Why is this more prevalent in south India though, in a country that has over 122 “major languages” and 1,599 lesser ones? Many of which are dialects.
One narrative is that this is due to the increasing number of music composers in the film industry after the advent of A R Rahman. The other, that stands true even for the Ilayaraja and pre-Ilayaraja days, is that while the whole of south India, from the outside, looks like a culturally homogenous blob, there are four dominant, and more importantly, distinctive languages. Within those four, Tamil and Malayalam have quite a few common words. Kannada and Telugu, meanwhile, share a similar script.
Vishu, the Malayali astronomical new year coincides with the Tamil New Year, around 14-15 April every year. The festival of lights, Deepavali, down south is a singular story about the death of Narakasura at the hands of Lord Krishna, unlike the North, where ‘Diwali’ celebrates the return of Lord Rama to Ayodhya after an exile of 14 years.
Beyond these inherent factors, there are many others that may be accentuating this multiculturalism of south India. Of those, one of the biggest in the cinema. Allow me to illustrate with some examples:
- Tamil superstar Rajinikanth doesn’t make any overt attempts to hide his Marathi roots or his Bengaluru background.
- Most Tamilians are aware of MG Ramachandran’s Kerala roots and Vijayakanth’s Telugu roots.
- Mani Ratnam’s debut was a Kannada film, Pallavi Anu Pallavi, starring Bollywood actor Anil Kapoor, at that.
- Kannada actors Mohan, Murali, and Arjun found their success and mooring in Tamil films, after briefly trying their luck in Kannada cinema.
- Now retired, Telugu superstar Chiranjeevi often played a villain in his early days and that included playing the antagonist to Rajinikanth in Tamil films like Ranuva Veeran. His films, dubbed in Tamil, always had a market too.
- Allu Arjun has a thriving market in Kerala thanks to his Telugu films dubbed in Malayalam gaining huge popularity.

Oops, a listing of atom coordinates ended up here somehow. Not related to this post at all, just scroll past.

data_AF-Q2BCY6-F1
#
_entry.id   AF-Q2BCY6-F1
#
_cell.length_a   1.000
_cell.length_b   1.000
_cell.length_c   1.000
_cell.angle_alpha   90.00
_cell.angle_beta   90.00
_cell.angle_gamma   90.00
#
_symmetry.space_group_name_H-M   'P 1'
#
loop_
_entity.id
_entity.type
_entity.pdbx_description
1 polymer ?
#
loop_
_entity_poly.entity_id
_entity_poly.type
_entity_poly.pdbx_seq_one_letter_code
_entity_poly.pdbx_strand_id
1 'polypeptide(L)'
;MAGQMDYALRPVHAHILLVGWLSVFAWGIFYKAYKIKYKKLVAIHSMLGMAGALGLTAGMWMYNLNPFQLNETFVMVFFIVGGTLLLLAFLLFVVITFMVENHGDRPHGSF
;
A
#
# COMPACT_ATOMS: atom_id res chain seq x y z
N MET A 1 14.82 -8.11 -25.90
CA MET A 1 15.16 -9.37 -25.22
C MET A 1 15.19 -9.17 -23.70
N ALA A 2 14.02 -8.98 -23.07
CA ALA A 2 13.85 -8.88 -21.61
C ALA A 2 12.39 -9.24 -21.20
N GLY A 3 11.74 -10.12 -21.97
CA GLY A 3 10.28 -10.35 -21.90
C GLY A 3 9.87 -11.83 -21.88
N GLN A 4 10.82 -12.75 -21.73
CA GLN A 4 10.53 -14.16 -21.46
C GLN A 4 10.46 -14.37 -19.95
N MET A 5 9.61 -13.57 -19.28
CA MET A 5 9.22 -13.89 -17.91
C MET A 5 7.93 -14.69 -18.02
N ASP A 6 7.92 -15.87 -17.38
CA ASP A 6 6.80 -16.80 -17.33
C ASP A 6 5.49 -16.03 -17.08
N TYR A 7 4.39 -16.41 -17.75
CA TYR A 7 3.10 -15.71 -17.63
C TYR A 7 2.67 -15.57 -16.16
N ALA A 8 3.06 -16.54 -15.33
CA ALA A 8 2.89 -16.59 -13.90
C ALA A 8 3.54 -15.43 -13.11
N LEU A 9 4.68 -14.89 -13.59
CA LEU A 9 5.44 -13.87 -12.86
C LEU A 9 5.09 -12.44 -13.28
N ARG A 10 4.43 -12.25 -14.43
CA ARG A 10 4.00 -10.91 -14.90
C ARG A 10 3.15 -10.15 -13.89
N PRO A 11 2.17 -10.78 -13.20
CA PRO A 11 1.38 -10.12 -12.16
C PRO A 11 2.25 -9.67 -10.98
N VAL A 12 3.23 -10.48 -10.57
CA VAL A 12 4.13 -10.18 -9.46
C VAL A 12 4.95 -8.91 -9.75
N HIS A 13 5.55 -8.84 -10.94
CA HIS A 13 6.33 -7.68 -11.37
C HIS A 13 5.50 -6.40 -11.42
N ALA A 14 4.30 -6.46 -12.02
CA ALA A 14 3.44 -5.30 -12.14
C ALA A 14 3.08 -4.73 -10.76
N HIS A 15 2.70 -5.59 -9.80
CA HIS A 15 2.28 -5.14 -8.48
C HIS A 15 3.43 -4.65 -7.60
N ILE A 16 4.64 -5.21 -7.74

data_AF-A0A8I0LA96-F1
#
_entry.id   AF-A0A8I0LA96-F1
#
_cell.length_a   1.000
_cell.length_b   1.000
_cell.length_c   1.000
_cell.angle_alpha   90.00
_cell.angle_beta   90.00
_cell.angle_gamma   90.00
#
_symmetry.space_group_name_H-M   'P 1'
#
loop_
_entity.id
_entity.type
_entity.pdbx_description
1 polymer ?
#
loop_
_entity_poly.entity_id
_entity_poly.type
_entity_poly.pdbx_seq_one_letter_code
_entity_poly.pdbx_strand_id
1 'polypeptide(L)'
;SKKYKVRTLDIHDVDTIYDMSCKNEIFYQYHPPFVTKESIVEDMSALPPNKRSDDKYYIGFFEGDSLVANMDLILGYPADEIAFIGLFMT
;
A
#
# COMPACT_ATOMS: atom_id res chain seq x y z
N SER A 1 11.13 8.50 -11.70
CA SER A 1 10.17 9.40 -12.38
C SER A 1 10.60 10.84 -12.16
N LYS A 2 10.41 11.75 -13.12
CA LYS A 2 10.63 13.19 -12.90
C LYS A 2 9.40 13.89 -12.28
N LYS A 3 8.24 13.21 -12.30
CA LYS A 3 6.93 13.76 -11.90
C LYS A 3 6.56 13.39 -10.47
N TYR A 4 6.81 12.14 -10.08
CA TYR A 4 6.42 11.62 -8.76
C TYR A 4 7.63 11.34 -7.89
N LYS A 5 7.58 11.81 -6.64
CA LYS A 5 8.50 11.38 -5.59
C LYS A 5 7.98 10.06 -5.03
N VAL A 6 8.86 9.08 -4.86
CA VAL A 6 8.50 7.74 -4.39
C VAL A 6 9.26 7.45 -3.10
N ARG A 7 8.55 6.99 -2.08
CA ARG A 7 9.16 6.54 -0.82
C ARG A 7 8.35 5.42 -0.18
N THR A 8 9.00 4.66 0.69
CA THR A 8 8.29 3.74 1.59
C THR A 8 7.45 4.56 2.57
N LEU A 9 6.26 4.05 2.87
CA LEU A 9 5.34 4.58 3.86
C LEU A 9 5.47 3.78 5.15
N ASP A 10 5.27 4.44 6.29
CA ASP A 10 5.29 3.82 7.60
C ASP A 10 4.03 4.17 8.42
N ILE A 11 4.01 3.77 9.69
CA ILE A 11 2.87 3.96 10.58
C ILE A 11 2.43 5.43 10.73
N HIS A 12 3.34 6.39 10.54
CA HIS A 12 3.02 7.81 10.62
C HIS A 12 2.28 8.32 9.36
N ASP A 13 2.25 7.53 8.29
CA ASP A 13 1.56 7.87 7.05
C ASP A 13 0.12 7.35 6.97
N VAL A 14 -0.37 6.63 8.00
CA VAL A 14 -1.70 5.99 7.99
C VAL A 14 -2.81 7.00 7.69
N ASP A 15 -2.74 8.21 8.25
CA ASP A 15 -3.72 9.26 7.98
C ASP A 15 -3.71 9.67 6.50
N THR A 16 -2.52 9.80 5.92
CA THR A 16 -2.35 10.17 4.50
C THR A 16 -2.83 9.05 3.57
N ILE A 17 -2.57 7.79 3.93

- Tamil kuthu songs made a mark in Kerala long before they started producing their own ‘adipoli’ (translation: excellent) songs. Some songs have transcended borders and became popular across the South. Like the Malayalam song Lajjavathiye, or last year’s Jimikki Kammal.
- Kannada star Ravichandran hit gold with his Paruva Ragam (Premaloka in Kannada), a bilingual film. Although his next trilingual film, Shanti Kranti (Kannada, Tamil, and Telugu) bombed.
- Veteran Tamil director K Balachander, after his split with Ilayaraja, roped in the Telugu music composer M M Keeravani (composing with the pseudonym Marakathamani in Tamil and M M Kreem in Hindi) for his 1991 film Azhagan. Keeravani debuted in Telugu just the year before, in 1990.
- Tamil star Ajith Kumar debuted across two different languages in 1993—the Tamil film Amaravathi and the Telugu film Prema Pusthakam.
- Suriya and Vijay’s Tamil movies get dubbed in Telugu these days as against the films’ plots getting sold for remakes starring a Telugu actor.
- Sundeep Kishan, the nephew of cinematographers Chota K Naidu and Shyam K Naidu, has parallel careers running in both Telugu and Tamil, as a male lead.
- Aadhi, who goes by just his first name in Tamil and goes by his full name, Aadhi Pinisetty, in Telugu is starting on a similar journey after a tentative start in Tamil.
- Vishal, too, is on a similar trajectory. After a successful stint in Tamil, he is actively investing in bilinguals, and goes by his full name, Vishal Reddy, in Telugu.
Beyond music and playlists though, there are some other significant factors at play for this multicultural assimilation. Subtitled films, for instance.
Chennai, as the film industry capital of South India, has always had select theatres releasing movies in Telugu, Kannada, and Malayalam, catering only to people who know the language. It was a smaller audience in Hyderabad, for non-Telugu (and non-Hindi) films, and even smaller audiences for non-Kannada films in Bengaluru. But things have changed rapidly